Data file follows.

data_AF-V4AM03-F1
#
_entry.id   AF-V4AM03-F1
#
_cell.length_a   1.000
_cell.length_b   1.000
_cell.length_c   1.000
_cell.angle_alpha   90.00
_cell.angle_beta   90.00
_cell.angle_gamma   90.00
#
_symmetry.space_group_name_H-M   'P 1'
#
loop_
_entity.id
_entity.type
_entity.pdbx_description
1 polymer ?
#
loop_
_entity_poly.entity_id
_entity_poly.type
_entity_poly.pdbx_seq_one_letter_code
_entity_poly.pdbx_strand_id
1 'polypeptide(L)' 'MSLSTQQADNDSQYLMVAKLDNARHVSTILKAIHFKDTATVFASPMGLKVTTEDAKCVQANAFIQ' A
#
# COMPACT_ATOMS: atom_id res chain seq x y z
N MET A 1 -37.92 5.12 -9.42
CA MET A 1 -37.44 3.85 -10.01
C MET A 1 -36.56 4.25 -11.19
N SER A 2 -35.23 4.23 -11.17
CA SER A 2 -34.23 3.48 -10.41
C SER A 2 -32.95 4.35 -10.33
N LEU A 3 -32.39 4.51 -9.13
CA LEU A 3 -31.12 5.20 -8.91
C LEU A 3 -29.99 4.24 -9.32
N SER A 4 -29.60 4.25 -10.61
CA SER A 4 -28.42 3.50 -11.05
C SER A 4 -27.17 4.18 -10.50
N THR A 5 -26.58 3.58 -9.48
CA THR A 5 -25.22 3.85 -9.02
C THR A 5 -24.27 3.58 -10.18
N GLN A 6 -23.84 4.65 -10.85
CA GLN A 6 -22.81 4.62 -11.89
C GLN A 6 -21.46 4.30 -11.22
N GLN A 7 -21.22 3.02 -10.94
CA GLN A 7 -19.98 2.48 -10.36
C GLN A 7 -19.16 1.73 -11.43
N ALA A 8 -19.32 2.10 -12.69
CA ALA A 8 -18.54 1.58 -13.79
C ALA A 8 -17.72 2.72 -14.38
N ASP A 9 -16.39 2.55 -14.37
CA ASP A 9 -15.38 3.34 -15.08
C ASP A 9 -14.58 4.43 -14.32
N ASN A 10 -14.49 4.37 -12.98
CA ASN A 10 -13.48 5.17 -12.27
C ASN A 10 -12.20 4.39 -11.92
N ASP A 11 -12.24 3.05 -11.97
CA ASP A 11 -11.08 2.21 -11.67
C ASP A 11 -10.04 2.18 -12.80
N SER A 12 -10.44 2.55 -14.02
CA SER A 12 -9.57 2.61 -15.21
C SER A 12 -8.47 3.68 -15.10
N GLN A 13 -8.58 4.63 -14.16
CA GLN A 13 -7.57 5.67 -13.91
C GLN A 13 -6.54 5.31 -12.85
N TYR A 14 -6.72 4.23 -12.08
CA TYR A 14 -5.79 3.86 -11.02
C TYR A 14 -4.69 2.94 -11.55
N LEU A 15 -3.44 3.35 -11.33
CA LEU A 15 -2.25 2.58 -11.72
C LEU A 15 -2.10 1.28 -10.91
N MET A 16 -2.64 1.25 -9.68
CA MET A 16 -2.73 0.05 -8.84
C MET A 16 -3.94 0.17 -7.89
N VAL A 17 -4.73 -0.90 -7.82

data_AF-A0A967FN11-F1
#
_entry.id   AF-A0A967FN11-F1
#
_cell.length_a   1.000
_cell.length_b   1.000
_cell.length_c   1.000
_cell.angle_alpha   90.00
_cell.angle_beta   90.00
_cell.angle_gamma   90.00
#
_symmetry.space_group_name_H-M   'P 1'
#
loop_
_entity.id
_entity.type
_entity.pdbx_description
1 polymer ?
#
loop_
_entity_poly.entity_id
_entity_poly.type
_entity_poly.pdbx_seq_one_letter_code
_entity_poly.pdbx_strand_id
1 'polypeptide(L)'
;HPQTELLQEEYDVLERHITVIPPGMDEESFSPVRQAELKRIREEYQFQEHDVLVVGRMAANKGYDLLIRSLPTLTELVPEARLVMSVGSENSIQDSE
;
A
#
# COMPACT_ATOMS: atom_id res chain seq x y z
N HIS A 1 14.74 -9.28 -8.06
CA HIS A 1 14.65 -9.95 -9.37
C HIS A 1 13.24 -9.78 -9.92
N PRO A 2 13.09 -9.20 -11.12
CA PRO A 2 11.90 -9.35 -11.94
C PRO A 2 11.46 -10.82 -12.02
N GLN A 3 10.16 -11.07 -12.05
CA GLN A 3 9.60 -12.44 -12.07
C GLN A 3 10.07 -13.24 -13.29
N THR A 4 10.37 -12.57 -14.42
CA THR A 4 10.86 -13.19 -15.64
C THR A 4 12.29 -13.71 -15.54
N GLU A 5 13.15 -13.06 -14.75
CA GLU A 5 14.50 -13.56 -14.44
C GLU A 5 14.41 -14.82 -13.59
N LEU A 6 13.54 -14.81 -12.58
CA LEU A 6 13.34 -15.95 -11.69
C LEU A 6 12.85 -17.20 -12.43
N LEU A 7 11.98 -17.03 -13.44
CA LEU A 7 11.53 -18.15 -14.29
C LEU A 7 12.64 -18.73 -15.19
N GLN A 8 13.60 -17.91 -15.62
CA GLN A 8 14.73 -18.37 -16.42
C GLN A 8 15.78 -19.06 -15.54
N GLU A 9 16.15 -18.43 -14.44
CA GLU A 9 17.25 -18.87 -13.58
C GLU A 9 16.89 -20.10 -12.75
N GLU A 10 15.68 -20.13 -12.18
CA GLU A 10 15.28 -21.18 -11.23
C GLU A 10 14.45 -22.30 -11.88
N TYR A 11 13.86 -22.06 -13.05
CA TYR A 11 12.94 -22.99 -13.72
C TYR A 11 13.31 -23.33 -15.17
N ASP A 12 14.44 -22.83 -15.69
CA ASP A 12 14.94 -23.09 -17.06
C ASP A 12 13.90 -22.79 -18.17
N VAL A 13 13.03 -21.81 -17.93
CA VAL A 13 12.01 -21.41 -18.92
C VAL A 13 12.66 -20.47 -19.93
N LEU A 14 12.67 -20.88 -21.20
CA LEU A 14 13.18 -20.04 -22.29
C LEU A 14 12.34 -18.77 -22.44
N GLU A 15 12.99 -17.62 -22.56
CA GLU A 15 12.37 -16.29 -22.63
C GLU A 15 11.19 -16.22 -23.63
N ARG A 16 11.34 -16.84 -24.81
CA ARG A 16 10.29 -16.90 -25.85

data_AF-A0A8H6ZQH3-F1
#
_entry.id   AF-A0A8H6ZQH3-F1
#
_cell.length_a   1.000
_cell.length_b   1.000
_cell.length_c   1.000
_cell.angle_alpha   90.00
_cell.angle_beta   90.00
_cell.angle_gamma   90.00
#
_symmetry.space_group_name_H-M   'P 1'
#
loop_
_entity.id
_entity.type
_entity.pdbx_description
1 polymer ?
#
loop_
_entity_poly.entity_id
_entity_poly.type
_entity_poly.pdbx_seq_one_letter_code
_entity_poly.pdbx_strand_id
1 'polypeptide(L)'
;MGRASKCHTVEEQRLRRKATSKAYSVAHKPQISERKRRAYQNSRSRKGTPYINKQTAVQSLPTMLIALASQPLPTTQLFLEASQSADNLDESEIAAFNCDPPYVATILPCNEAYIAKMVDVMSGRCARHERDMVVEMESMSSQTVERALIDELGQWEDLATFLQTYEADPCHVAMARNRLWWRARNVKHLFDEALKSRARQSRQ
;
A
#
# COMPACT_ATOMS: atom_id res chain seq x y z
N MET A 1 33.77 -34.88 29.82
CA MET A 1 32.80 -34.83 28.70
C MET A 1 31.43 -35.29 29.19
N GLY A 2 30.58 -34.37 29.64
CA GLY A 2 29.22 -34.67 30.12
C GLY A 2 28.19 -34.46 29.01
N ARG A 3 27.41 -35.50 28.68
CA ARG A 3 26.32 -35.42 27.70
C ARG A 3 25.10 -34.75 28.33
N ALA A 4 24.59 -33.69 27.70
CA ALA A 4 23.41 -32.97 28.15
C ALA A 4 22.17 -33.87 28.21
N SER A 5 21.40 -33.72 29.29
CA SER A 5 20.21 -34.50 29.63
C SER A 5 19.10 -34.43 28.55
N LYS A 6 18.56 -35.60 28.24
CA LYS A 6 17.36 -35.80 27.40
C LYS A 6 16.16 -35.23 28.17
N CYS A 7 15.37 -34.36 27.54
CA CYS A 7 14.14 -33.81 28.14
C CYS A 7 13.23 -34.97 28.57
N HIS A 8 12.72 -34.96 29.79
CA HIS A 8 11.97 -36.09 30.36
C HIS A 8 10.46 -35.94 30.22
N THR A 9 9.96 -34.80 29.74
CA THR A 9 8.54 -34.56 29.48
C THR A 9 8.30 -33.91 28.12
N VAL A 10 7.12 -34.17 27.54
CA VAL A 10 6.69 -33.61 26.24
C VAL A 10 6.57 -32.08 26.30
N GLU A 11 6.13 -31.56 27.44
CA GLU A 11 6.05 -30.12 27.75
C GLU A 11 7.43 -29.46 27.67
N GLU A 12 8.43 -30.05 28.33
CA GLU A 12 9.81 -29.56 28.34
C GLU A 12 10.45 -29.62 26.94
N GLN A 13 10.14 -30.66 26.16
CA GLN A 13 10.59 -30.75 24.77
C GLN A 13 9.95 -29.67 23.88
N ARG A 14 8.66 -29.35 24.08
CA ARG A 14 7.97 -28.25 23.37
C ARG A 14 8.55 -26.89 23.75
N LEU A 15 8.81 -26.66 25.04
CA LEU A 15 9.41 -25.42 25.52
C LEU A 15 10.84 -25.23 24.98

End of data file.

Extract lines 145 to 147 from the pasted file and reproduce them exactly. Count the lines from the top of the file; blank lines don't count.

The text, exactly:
C VAL A 13 12.66 -20.47 -19.93
N LEU A 14 12.67 -20.88 -21.20
CA LEU A 14 13.18 -20.04 -22.29